July 30, 2020, ainerd
Once you go black, you’ll never go back – black holes
(Schwarzschild Radius Formula)
A black hole is a space in which nothing, not even light, can escape because it can escape the gravitational pull of its host.
Black holes are among the densest objects in the universe, giving them the same gravitational pull as the most massive stars in our galaxy, the Milky Way. In some cases they are the remains of a former massive star that was crushed to extreme density in a supernova explosion, and in others they contain the mass of millions or billions of stars.
Black holes can be up to 1,000 times the mass of the Sun or just a few hundred million light years away.
How powerful a black hole is depends on how much mass it contains, but with mere gravity, it can tear entire planets and stars apart. Other differentiating information about black holes is considered hairs and is likely to disappear at the edge of the black hole, where nothing, including light, can escape. Watch the video above to learn how big a black hole can become, from a supermassive black hole at the center of M87 to a smaller one just a few hundred million light years away.
When the famous physicist Stephen Hawking suggested that black holes actually have an opulent hairdo of ghostly zero-energy particles – a collection of deer that contains all the material they consume – he broke through the fog of scientific debate to the heart of the black hole theory. The hypothesis is not proven, but it could help solve the mystery of what happens to gas and dust that fall into a black hole.
Black holes are regions of space where gravity is so strong that nothing, not even light, can escape. Nothing should escape the strong gravitational grip of a black hole because it is subject to its own gravitational pull.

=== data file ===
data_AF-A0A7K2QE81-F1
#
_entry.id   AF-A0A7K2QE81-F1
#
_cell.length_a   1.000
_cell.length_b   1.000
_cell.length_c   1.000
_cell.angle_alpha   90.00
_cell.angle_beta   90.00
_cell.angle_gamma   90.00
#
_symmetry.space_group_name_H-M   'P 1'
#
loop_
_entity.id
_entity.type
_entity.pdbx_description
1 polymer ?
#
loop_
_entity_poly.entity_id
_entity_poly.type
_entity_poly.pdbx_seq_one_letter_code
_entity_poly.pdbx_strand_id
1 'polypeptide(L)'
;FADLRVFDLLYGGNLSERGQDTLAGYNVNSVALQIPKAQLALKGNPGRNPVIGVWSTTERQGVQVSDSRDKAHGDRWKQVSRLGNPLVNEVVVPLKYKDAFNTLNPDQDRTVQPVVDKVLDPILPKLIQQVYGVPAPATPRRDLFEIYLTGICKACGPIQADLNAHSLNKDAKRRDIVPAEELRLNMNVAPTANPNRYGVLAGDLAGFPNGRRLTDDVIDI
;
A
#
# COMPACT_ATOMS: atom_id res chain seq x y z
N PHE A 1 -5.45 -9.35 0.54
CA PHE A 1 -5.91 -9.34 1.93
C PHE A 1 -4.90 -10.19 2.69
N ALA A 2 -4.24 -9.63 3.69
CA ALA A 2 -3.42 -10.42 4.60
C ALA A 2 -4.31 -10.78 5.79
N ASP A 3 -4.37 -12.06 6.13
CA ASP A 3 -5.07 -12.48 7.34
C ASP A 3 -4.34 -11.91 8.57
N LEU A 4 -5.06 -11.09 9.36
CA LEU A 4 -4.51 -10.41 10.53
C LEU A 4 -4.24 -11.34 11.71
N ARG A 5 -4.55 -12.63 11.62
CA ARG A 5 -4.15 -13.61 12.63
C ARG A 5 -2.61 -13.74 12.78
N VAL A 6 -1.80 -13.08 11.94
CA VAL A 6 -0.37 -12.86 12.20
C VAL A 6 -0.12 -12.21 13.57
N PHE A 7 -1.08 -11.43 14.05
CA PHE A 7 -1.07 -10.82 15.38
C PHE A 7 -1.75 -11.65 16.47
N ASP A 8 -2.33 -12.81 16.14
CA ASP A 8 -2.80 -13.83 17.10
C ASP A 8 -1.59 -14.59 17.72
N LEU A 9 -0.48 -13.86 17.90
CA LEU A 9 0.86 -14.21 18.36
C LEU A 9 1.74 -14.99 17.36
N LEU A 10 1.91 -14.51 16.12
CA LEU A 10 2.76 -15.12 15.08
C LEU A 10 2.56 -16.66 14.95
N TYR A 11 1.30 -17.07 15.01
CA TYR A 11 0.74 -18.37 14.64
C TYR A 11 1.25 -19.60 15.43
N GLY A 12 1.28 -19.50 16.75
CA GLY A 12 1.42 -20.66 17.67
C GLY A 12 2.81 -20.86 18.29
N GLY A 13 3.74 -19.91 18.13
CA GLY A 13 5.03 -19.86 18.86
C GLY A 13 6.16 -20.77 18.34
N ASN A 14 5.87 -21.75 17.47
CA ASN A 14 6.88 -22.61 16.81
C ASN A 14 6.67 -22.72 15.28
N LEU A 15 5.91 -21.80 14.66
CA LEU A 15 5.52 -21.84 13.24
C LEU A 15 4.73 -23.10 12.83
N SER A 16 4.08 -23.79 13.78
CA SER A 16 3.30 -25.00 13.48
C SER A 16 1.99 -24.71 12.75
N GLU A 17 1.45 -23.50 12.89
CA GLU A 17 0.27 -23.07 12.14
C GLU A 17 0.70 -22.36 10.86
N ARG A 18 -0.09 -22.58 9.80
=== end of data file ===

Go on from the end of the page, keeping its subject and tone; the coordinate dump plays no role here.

The existence of such objects has been suggested by a number of studies, such as the discovery of black holes in the Milky Way and the formation of supermassive black holes.
Black holes are one of the most interesting pathologies of space – time supplied by Einstein’s general theory of relativity. However, it is the work of Albert Einstein and his colleague Karl Schwarzschild who basically developed the modern idea of black holes. With the help of his general theories of relativity, he discovered that matter compressed to a point known today as singularity would be enclosed by a spherical region in space from which nothing could escape.
It is a region of space where the gravitational pull is so strong that nothing, not even light, can escape. It occurs when matter collapses gravitationally around itself or a massive star burns up. This depends on the fact that this potentially catastrophic instability is merely in the mass of matter that is attracted to the masses and the closer they are, the closer they get.
While objects can orbit massive stars without falling, this is not true of black holes, and it is mass that determines the force of gravity of a black hole. Black holes have infinite mass and are extreme in many ways, but they do not have as much gravitational pull as a very massive star. Known as stellar black holes, these black holes have a much higher mass than very massive stars, about ten times that of the Sun.
Black holes are strange regions where gravity is so strong that it bends light and deforms space. If you are close enough, gravity will lead you to the center of the black hole, and it has a gravitational effect that is similar to that of a very massive star, but much stronger.
The event horizon of a black hole is the boundary at which nothing can escape, not even light. It is known as the only point in space – the time when the entire mass of black holes is concentrated. The rotating black hole creates a region called the ergosphere, so light cannot escape from this boundary or the mouth.
If an object falls into the ergosphere, even if a part of it falls into the black hole, the part that has escaped gains energy. This energy is sent back to the light of the object emitted by the rotating black holes.
In 1971, Russian physicist Yakov Zeldovich translated into other rotating systems that could be tested on Earth.
The accretion disk can spin at a significant percentage of the speed of light, and the friction between the colliding particles in the disk can raise its temperature to millions of degrees and emit huge amounts of X-rays – radiation that can be detected with special telescopes. In April 2019, the Event Horizon Telescope project revealed the first direct observation of a black hole with a rotating disk. Although this amazing achievement undoubtedly proves that black holes exist, it also allowed us to directly test the theory of black hole formation and its effects on our own solar system, and marked the birth of new branches of observational astronomy.